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This past weekend, I was strolling through the mall when I saw a particular bottle of a menacing seeming liquid at some store that I can not now remember. The image upfront was a glittery yet jittery image of a clown that is smiling yet looks bloody and angry. His name was the “Fiery Fool”. And he was quite an interesting addition to the Hellfire Hot Sauce brand.

In an air of competitiveness, this brand claims that this was “THE HOTTEST SAUCE IN THE WORLD WITHOUT EXTRACT”! At first I brushed it off as more exaggerated marketing to the extreme but then I realized that I had just heard about this phenomenon in a recent Gender Studies class. I bought this at $14.99 but for the low low price of $14, you too can feel the pain.

And you better believe that you will feel the pain. In fact, after trying a few small drops, I was in agony. It was like eating liquid lava. And this is coming from somebody that normally puts half a bottle of regular hot sauce on anything. Was this an example of the “extreme culture” that Mary Kosut was talking about? I believe so. According to her analysis, “extreme bodies engage in practices and regimes that push beyond the mundane or acceptable”. Although this might seem tame in comparison to the examples she mentions such as body suspension, this fire sauce that burns you inside was definitely not mundane. And it was definitely not exactly societally acceptable either. Of the 5 friends I asked, none of them wanted to try it. Even just the labeling scared them away. Spicy foods and spiciness definitely can relate to her definition of extreme as challenging to “the body’s limits and borders”.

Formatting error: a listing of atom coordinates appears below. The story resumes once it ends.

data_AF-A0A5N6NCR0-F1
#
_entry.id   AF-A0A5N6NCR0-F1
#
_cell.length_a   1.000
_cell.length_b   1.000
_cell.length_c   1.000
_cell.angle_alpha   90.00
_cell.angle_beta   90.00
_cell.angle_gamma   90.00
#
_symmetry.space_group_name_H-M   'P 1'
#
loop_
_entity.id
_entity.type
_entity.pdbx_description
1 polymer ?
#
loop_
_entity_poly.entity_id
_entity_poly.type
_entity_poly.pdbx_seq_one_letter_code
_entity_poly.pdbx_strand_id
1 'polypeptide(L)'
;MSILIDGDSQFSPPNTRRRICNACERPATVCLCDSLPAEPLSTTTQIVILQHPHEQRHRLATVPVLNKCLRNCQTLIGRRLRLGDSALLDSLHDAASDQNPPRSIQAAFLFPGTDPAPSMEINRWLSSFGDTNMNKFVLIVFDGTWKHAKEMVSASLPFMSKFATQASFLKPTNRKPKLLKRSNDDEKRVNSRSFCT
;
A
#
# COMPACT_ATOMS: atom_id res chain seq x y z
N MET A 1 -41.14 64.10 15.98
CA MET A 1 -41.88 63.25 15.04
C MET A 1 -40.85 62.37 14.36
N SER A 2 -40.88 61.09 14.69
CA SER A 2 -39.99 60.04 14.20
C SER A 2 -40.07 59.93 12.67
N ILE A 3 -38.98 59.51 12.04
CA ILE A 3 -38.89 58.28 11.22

But why would anybody choose such a life of burning and crying? Kosut can answer. Extreme experiences, in her view, are “uniquely carnal and sensate”. They represent our feelings and maybe even our motivations “to take charge of one’s life and body, and to defy comfort zones”. There is pleasure in the struggle and the pain. On a more scientifical level, research has shown that spicy foods elicit the release of dopamine and endorphins, making us happier even when the pain seems unbearable, confirming this as true. Personally, even though I felt like I was going to die, it was a good type of pain. I might have died but I felt like I achieved something by taking the sauce and I could die happily…

In my view and in the view of Kosut, there is a reason why these extreme products are so highly marketable in an extreme kind of way. “They purport to offer an embodied experience that involves intense engagement of the senses that is beyond ordinary.” After experiencing this hot sauce, as it really was an experience, I know that that is the kind of experience I would pay for. This hot sauce appeals to society in this way and it doesn’t bluff.

I would urge anyone to try this hot sauce. If you would like to try some, you could ask me as well!!!

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